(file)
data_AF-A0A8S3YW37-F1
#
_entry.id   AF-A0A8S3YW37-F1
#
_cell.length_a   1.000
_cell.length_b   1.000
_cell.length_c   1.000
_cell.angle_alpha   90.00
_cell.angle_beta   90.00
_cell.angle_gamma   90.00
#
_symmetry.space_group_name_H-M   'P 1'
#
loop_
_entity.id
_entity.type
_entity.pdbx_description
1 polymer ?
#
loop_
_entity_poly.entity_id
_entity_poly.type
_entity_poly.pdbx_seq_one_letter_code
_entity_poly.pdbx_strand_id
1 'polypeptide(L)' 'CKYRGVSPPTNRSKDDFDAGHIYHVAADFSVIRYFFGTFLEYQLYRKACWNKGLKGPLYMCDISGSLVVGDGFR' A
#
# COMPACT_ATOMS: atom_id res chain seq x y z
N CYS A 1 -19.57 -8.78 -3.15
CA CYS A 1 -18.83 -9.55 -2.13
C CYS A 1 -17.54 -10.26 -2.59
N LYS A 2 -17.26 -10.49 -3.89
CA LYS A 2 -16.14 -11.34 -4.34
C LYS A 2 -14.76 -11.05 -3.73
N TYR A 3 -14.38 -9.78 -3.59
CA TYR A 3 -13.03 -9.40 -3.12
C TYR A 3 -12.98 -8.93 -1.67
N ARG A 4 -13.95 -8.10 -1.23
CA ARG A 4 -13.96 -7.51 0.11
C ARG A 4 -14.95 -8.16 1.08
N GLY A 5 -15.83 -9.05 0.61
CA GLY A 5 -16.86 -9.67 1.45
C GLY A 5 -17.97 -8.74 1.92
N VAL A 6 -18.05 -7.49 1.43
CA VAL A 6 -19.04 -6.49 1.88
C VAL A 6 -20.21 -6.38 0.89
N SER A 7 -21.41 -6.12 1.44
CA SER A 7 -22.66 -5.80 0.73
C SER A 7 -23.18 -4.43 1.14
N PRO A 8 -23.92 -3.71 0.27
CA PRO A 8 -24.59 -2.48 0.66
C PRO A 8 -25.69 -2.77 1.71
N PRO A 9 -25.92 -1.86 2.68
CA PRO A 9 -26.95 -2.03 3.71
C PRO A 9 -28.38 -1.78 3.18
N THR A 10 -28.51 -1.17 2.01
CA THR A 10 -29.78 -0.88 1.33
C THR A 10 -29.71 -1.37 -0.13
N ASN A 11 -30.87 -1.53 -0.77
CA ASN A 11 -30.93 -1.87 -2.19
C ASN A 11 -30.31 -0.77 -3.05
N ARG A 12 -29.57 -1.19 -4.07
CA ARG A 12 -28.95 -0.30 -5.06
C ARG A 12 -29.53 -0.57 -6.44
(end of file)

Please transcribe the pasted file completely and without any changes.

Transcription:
data_AF-A0A8S3YW37-F1
#
_entry.id   AF-A0A8S3YW37-F1
#
_cell.length_a   1.000
_cell.length_b   1.000
_cell.length_c   1.000
_cell.angle_alpha   90.00
_cell.angle_beta   90.00
_cell.angle_gamma   90.00
#
_symmetry.space_group_name_H-M   'P 1'
#
loop_
_entity.id
_entity.type
_entity.pdbx_description
1 polymer ?
#
loop_
_entity_poly.entity_id
_entity_poly.type
_entity_poly.pdbx_seq_one_letter_code
_entity_poly.pdbx_strand_id
1 'polypeptide(L)' 'CKYRGVSPPTNRSKDDFDAGHIYHVAADFSVIRYFFGTFLEYQLYRKACWNKGLKGPLYMCDISGSLVVGDGFR' A
#
# COMPACT_ATOMS: atom_id res chain seq x y z
N CYS A 1 -19.57 -8.78 -3.15
CA CYS A 1 -18.83 -9.55 -2.13
C CYS A 1 -17.54 -10.26 -2.59
N LYS A 2 -17.26 -10.49 -3.89
CA LYS A 2 -16.14 -11.34 -4.34
C LYS A 2 -14.76 -11.05 -3.73
N TYR A 3 -14.38 -9.78 -3.59
CA TYR A 3 -13.03 -9.40 -3.12
C TYR A 3 -12.98 -8.93 -1.67
N ARG A 4 -13.95 -8.10 -1.23
CA ARG A 4 -13.96 -7.51 0.11
C ARG A 4 -14.95 -8.16 1.08
N GLY A 5 -15.83 -9.05 0.61
CA GLY A 5 -16.86 -9.67 1.45
C GLY A 5 -17.97 -8.74 1.92
N VAL A 6 -18.05 -7.49 1.43
CA VAL A 6 -19.04 -6.49 1.88
C VAL A 6 -20.21 -6.38 0.89
N SER A 7 -21.41 -6.12 1.44
CA SER A 7 -22.66 -5.80 0.73
C SER A 7 -23.18 -4.43 1.14
N PRO A 8 -23.92 -3.71 0.27
CA PRO A 8 -24.59 -2.48 0.66
C PRO A 8 -25.69 -2.77 1.71
N PRO A 9 -25.92 -1.86 2.68
CA PRO A 9 -26.95 -2.03 3.71
C PRO A 9 -28.38 -1.78 3.18
N THR A 10 -28.51 -1.17 2.01
CA THR A 10 -29.78 -0.88 1.33
C THR A 10 -29.71 -1.37 -0.13
N ASN A 11 -30.87 -1.53 -0.77
CA ASN A 11 -30.93 -1.87 -2.19
C ASN A 11 -30.31 -0.77 -3.05
N ARG A 12 -29.57 -1.19 -4.07
CA ARG A 12 -28.95 -0.30 -5.06
C ARG A 12 -29.53 -0.57 -6.44